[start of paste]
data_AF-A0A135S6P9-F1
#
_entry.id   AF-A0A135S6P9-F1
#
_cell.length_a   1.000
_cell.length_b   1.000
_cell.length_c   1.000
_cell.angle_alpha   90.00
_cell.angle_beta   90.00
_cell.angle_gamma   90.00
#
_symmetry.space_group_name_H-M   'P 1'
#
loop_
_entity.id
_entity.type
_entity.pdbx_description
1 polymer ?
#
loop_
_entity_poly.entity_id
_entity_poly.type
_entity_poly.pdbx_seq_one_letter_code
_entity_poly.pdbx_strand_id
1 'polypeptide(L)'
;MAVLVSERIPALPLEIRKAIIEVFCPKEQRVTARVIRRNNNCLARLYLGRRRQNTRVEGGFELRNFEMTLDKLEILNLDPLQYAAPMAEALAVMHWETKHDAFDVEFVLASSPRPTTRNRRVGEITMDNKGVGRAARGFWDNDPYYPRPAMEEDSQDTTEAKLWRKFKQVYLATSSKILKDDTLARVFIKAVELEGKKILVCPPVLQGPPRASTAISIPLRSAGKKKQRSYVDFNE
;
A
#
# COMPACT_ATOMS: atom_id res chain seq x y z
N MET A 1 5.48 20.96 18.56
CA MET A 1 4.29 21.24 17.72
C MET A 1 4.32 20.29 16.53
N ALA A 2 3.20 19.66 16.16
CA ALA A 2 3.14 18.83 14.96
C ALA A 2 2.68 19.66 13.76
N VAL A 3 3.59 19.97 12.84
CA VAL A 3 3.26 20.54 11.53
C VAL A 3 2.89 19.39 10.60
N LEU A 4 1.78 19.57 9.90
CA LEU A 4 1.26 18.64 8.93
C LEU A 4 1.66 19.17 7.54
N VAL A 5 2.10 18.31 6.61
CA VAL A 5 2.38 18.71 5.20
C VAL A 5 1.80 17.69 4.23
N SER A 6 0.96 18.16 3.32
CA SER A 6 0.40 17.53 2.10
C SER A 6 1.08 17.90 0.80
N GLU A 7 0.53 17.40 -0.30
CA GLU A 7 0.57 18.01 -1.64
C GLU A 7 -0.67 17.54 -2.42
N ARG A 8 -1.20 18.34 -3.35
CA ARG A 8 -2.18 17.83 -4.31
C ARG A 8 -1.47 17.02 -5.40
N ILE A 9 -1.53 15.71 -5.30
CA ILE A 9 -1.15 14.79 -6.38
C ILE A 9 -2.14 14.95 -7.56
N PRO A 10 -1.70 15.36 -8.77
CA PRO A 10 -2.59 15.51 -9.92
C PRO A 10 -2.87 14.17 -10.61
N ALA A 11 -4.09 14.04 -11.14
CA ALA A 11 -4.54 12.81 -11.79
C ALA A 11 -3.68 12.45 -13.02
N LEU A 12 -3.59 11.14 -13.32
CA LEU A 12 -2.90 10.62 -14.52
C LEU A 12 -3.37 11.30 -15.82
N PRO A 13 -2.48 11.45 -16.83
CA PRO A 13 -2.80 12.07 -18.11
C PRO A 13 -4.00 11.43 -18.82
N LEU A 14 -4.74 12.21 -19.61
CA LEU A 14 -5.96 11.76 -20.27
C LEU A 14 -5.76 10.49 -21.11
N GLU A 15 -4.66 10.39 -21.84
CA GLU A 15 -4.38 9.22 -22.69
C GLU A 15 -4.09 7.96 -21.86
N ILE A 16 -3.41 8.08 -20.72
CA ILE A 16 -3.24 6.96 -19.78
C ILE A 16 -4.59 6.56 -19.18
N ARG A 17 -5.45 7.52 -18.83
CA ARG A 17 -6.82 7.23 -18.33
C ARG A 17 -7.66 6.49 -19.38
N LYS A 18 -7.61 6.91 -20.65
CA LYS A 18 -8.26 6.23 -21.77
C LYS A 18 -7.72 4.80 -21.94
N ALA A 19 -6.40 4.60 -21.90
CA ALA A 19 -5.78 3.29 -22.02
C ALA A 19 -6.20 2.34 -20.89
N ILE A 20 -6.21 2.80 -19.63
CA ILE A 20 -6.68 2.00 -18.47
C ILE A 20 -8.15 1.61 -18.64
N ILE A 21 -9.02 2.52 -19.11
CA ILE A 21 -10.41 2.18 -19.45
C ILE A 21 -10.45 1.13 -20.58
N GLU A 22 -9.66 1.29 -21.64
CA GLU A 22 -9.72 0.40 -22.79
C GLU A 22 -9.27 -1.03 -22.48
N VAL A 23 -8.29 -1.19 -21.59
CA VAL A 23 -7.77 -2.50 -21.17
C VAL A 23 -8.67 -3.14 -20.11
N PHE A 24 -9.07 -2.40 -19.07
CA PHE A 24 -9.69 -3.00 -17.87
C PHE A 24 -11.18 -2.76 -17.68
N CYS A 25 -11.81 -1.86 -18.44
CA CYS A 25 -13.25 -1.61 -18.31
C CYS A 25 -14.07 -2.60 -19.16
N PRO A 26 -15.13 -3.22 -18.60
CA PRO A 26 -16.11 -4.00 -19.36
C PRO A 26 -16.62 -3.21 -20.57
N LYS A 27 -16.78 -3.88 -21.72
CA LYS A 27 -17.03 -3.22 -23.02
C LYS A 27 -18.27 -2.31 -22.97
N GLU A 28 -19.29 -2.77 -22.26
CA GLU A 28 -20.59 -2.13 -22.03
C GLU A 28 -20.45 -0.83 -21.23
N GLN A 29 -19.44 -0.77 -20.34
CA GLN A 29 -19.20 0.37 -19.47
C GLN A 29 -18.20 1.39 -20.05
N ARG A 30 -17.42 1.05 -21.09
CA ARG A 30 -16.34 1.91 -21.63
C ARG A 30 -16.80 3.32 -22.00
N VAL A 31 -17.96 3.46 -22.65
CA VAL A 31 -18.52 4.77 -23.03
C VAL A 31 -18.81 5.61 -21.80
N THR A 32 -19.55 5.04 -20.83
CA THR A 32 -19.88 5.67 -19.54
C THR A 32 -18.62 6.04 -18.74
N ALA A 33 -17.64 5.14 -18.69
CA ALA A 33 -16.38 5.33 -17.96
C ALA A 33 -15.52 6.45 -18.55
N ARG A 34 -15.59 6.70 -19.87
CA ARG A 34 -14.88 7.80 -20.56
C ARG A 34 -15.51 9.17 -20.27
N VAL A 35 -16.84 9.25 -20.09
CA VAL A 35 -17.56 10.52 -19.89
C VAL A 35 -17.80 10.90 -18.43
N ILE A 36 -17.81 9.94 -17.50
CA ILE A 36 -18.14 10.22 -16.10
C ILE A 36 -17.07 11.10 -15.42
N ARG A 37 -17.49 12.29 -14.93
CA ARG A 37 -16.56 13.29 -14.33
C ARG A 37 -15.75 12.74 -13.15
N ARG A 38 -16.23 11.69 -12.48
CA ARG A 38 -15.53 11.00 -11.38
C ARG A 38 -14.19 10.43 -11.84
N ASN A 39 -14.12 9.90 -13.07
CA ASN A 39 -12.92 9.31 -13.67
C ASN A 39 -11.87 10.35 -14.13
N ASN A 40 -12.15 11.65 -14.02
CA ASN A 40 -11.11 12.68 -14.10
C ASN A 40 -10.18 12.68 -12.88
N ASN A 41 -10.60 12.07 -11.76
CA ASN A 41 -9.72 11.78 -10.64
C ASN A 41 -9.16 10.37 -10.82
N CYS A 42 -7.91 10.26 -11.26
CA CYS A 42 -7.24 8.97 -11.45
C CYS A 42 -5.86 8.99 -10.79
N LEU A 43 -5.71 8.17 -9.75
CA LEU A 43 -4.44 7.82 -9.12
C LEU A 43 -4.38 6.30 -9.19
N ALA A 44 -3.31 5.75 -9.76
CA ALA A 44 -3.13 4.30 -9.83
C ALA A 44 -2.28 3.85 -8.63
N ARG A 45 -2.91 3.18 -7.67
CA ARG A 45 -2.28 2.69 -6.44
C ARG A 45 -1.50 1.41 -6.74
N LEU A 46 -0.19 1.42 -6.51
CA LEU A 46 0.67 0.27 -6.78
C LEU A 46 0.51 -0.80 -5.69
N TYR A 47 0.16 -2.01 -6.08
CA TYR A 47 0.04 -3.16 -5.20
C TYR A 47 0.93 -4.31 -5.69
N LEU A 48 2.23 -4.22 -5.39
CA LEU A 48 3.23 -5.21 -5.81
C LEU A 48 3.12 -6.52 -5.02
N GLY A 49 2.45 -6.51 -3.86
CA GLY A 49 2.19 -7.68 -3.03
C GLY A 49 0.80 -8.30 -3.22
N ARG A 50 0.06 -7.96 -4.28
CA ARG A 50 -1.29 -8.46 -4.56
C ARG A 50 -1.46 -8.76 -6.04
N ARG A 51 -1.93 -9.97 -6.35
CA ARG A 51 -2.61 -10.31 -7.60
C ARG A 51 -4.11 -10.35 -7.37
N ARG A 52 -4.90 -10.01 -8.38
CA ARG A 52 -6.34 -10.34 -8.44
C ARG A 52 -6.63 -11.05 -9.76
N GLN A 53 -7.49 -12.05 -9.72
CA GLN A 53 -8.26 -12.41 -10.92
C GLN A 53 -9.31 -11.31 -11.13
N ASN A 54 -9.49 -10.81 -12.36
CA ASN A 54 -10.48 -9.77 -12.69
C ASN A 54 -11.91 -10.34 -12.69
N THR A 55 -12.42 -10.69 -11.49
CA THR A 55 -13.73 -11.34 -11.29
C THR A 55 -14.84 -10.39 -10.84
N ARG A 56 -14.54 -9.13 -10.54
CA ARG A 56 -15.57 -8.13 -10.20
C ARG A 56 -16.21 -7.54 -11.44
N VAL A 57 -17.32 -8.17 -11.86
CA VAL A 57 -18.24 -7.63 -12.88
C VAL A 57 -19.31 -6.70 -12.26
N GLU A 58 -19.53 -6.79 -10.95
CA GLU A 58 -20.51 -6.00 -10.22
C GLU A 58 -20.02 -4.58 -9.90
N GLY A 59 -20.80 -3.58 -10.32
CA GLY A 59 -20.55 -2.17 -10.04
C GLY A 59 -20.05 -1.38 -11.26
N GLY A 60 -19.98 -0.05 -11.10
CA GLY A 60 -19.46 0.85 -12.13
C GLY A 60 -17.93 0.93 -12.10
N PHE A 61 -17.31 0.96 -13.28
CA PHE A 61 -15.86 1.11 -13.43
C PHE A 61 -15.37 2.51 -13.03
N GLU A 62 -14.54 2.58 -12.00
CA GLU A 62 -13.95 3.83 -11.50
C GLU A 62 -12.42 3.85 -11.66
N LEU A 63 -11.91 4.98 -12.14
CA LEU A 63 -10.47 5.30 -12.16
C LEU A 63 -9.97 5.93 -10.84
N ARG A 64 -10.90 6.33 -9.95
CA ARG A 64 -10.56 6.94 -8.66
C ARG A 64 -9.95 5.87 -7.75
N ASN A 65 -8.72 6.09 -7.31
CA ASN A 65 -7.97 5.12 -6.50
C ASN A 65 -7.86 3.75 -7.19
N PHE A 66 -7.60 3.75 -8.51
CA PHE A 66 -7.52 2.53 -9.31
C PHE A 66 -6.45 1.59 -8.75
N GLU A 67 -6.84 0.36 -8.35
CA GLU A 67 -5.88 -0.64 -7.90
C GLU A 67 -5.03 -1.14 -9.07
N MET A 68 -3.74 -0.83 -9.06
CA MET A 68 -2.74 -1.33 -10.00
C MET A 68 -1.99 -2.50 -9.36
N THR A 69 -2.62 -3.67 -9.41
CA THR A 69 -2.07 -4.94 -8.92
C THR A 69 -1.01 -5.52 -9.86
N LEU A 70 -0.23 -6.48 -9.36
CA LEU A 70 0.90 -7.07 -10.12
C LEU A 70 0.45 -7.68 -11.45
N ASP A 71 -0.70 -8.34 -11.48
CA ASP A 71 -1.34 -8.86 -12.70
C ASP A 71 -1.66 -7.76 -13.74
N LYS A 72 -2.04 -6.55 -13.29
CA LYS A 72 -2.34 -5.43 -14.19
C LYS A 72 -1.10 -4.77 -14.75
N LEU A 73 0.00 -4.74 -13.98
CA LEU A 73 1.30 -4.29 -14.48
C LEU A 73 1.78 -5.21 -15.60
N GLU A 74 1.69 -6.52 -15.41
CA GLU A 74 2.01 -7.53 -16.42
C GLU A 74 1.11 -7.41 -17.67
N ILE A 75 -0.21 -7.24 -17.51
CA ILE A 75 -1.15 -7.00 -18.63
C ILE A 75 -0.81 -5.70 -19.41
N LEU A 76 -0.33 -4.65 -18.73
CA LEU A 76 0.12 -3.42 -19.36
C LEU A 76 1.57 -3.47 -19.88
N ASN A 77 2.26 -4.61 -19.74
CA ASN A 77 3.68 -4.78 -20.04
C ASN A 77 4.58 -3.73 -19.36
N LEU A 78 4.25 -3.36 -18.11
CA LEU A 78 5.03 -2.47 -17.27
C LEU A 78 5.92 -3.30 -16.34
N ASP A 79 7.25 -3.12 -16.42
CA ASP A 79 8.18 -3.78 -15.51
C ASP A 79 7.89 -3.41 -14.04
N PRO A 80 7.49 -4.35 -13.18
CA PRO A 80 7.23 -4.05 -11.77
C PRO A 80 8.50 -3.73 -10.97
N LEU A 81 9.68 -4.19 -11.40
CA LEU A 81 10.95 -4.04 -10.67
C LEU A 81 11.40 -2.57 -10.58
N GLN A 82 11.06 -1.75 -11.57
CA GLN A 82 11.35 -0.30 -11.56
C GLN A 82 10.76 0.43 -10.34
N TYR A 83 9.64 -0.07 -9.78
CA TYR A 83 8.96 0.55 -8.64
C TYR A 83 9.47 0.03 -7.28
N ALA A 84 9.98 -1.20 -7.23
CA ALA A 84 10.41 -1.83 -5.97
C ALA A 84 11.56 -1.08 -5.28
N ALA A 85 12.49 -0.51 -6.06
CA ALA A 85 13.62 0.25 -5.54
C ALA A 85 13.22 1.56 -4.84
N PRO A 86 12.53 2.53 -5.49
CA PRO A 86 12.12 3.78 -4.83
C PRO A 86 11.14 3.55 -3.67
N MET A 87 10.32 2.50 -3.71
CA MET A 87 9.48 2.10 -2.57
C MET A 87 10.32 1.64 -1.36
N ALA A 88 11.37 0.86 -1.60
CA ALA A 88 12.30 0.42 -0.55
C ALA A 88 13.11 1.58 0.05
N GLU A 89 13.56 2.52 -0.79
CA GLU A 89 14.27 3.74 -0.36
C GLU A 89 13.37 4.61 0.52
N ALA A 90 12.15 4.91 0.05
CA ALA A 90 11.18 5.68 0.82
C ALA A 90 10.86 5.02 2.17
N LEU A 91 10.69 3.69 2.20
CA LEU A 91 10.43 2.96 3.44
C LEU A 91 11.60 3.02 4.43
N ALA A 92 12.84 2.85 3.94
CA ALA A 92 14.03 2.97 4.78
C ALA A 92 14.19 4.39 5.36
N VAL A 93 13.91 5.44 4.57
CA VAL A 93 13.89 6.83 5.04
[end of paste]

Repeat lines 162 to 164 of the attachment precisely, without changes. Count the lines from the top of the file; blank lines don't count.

C ALA A 44 -2.28 3.85 -8.63
N ARG A 45 -2.91 3.18 -7.67
CA ARG A 45 -2.28 2.69 -6.44